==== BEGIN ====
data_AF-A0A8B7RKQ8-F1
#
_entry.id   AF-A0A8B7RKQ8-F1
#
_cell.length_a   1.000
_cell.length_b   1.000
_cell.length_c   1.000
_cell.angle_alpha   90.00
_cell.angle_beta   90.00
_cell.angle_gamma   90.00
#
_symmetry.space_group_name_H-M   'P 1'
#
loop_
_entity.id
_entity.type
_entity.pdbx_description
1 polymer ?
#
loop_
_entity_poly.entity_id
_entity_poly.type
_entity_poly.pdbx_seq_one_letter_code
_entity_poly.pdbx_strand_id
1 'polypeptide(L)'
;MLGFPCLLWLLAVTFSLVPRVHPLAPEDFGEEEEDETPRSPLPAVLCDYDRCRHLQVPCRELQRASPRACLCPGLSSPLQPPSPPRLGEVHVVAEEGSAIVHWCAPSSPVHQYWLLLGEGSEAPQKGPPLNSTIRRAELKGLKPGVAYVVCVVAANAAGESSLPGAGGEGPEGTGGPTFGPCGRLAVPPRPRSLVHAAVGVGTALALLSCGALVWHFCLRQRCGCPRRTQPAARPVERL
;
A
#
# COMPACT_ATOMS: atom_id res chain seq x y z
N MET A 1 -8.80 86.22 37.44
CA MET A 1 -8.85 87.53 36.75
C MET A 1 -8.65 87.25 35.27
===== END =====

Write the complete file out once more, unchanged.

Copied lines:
data_AF-A0A8B7RKQ8-F1
#
_entry.id   AF-A0A8B7RKQ8-F1
#
_cell.length_a   1.000
_cell.length_b   1.000
_cell.length_c   1.000
_cell.angle_alpha   90.00
_cell.angle_beta   90.00
_cell.angle_gamma   90.00
#
_symmetry.space_group_name_H-M   'P 1'
#
loop_
_entity.id
_entity.type
_entity.pdbx_description
1 polymer ?
#
loop_
_entity_poly.entity_id
_entity_poly.type
_entity_poly.pdbx_seq_one_letter_code
_entity_poly.pdbx_strand_id
1 'polypeptide(L)'
;MLGFPCLLWLLAVTFSLVPRVHPLAPEDFGEEEEDETPRSPLPAVLCDYDRCRHLQVPCRELQRASPRACLCPGLSSPLQPPSPPRLGEVHVVAEEGSAIVHWCAPSSPVHQYWLLLGEGSEAPQKGPPLNSTIRRAELKGLKPGVAYVVCVVAANAAGESSLPGAGGEGPEGTGGPTFGPCGRLAVPPRPRSLVHAAVGVGTALALLSCGALVWHFCLRQRCGCPRRTQPAARPVERL
;
A
#
# COMPACT_ATOMS: atom_id res chain seq x y z
N MET A 1 -8.80 86.22 37.44
CA MET A 1 -8.85 87.53 36.75
C MET A 1 -8.65 87.25 35.27